Determining the cause of the SFN found, is of course, critical. The authors of this study proposed that an autoimmune process that attacked not the small nerve fibers in the skin but the small ganglionic neurons they’re connected to was a likely candidate. They pointed to the high rate of FM patients with autoimmune disorders (30%) in this study, and noted that some FM patients significantly improve on IVIG.  [In another Health Rising blog Dr. Siveri noted that FM is a complex condition that requires multiple points of attack and that IVIG alone is not likely to be the answer.]

Neither these authors’ brief look at immune functioning (Langerhorn cells, IL-6 staining) in a small number of patients nor a recent study found evidence of immune alterations in the skin in FM.  If it’s not the immune system then neuroinflammatory factors that cause neuronal degeneration could be at work.

Who wants to bet that something completely unexpected and possibly novel is at work? Disorders like FM and ME/CFS have not given up their secrets easily.

Psychological Slant Takes a Hit With Small Nerve Fiber Findings

“These patients are often labeled as having a psychiatric disease, even though they do not fit into a true primary psychiatric disorder, nor do they have history of stressful or depressive events preceding the onset of their painful syndromes.”

The authors’ last words reflect a belief  that recent findings are breaking up the default conversation that both FM and ME/CFS are psychiatric disorders. [Similar comments were recently made by Stanford researchers regarding their recent brain findings in ME/CFS.] They also bring to mind a psychiatrist’s recent study on the efficacy of antiviral therapy in adolescents with ME/CFS.  Many of the adolescents had been diagnosed with treatment-resistant depression despite the fact they did not meet the criteria for depression (!).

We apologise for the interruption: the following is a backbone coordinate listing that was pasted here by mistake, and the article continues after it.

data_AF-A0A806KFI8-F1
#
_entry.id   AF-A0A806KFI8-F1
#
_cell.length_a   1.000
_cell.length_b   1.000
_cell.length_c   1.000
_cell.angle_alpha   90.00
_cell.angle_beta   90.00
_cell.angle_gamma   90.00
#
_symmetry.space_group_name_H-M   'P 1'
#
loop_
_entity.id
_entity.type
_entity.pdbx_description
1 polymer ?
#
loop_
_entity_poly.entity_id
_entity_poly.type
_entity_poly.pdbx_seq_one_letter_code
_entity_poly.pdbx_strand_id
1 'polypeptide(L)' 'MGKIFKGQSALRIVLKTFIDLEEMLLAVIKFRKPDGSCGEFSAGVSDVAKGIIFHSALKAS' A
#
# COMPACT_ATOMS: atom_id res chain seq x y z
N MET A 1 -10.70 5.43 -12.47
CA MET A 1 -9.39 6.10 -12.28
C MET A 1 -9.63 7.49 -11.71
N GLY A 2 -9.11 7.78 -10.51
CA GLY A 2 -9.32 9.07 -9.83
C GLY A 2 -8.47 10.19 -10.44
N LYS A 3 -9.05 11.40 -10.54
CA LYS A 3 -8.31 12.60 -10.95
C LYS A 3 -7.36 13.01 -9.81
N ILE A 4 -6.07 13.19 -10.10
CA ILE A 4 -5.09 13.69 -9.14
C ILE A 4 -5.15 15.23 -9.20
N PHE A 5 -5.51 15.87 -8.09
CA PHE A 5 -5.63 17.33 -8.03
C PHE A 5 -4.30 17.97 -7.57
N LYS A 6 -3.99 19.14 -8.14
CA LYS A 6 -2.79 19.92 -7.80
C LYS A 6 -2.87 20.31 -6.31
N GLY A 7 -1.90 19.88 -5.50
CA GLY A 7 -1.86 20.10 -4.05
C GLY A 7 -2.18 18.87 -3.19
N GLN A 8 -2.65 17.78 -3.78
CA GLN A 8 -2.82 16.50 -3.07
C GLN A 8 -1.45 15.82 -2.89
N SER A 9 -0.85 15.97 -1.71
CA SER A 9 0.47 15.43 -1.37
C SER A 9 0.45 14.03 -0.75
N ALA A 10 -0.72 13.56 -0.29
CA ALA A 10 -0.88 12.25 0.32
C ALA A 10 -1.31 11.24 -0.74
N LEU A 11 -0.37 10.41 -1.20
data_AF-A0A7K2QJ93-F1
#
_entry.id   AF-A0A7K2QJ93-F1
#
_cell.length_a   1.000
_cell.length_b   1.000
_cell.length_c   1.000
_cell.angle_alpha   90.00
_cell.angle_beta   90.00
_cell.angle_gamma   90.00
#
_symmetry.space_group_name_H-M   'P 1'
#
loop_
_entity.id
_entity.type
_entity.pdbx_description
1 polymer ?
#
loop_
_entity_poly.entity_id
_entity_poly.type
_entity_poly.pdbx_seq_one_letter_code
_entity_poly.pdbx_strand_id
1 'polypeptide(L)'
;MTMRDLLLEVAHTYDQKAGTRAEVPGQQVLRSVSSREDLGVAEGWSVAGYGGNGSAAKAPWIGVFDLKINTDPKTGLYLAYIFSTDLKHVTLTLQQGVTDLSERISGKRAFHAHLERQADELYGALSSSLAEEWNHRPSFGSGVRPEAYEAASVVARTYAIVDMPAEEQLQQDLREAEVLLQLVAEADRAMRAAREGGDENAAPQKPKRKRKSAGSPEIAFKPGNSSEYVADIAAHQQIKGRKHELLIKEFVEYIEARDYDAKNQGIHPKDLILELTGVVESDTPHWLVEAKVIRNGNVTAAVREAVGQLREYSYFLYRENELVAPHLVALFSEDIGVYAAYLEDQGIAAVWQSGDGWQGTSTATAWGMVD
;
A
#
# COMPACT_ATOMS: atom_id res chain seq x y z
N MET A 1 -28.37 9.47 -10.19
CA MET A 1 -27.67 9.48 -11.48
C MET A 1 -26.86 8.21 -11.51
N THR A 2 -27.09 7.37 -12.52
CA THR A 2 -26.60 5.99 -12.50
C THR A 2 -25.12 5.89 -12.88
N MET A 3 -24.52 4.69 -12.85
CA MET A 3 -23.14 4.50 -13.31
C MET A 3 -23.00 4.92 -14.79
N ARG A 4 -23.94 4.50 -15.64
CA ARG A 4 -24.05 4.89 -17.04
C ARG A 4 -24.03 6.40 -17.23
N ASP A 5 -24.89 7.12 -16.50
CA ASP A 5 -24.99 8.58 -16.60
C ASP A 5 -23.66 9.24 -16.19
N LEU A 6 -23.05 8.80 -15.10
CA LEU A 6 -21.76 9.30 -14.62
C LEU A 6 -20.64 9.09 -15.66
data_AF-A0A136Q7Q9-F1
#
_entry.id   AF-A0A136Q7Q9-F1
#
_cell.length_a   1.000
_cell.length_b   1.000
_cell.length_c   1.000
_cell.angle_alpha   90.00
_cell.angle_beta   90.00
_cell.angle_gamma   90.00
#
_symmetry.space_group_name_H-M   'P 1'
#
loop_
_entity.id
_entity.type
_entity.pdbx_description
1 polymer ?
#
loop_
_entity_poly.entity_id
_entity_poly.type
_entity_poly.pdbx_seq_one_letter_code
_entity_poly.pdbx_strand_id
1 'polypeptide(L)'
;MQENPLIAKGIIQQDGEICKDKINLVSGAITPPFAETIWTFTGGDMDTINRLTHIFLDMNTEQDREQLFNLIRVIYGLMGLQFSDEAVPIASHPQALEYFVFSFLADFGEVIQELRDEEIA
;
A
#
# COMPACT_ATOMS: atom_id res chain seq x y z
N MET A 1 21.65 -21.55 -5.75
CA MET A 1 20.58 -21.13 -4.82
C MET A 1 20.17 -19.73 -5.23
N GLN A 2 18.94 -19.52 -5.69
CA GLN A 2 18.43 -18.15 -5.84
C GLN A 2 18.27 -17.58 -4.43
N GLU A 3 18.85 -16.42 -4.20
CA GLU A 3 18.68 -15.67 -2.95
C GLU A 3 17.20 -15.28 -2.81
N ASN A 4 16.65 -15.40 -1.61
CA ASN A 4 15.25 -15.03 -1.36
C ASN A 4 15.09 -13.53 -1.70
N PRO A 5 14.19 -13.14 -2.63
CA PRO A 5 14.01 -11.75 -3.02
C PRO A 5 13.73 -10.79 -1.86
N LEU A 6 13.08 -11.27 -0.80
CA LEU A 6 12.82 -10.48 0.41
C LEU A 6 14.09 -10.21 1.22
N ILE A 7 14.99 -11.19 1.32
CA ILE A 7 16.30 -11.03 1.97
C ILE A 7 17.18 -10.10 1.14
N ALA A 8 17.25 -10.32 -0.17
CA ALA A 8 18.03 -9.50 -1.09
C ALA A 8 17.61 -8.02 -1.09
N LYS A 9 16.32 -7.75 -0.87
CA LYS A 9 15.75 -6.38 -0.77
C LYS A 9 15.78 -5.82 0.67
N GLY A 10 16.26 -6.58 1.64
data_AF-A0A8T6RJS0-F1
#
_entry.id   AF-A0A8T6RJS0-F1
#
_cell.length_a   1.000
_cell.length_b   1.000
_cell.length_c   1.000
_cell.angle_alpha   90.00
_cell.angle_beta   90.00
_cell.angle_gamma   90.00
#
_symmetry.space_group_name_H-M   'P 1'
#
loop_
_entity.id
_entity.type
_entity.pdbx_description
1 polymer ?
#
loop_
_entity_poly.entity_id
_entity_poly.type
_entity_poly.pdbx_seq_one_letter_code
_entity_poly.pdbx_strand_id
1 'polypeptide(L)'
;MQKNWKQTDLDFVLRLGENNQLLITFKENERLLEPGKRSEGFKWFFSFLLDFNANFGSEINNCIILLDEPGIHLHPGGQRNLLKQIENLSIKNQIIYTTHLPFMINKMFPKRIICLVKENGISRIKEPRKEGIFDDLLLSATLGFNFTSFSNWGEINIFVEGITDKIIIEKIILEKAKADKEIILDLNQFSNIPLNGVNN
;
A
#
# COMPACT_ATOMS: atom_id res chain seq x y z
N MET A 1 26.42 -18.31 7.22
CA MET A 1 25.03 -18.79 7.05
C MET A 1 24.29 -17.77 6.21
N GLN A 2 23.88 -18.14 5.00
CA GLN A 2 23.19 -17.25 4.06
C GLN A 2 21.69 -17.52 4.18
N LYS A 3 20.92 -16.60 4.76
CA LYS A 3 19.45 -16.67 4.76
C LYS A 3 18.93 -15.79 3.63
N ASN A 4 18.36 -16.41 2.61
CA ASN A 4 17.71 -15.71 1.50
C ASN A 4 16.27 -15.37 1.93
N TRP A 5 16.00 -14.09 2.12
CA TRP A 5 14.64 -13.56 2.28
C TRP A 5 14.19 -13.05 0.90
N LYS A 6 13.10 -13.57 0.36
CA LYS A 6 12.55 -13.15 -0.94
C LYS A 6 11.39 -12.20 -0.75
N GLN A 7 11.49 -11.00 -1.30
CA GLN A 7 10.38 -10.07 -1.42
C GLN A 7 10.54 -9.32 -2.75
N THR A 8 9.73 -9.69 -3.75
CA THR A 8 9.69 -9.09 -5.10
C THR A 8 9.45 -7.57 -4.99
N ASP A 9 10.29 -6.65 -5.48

Negative default conversations continue to characterize many practitioners approach to FM and ME/CFS.

I had a similar experience 25 years ago. I had a very smart doctor who surely knew the criteria for depression, but who sent me to a psychologist who quickly realized that I didn’t have any symptoms of depression. I’ll never forget the undertones of anger in that doctor’s voice as he sent me on my way. Never mind that I clearly wasn’t depressed; this doctor’s default response to cases like mine that confused him was to get angry and then send me to a psychologist. He probably did that dozens of times during his medical career.

This mindset has pervaded parts of the medical profession as long as poorly-defined disorders have been around.  A medical establishment able to conclude or even speculate at one point that the crippling effects of multiple sclerosis reflected a mental derangement could easily conclude today that disorders like FM and ME/CFS are mental. Medical tests are more sophisticated now, but the human mind is not.


The authors noted the “notoriously negative laboratory workups” FM patients are known for. The accumulating evidence that SFN is present in FM suggests those negative laboratory workups may be a thing of the past for many.  Skin biopsies for SFN are easy to do, are not particularly expensive and, with Therapath validating another testing spot on the body, are more comprehensive than before.

The findings are still, however, being ignored by some major figures in FM. In a recent WebMD article on “The Latest in FM Diagnosis and Care” Dr. Clauw – an advocate of the role central sensitization plays in FM – failed to mention the SFN findings.

Large-scale studies are needed now to determine how common SFN is in FM, why it’s present, and how it’s affecting the symptoms that patients experience.  The continuing flow of SFN studies indicates that the research community is jumping on SFN findings this time.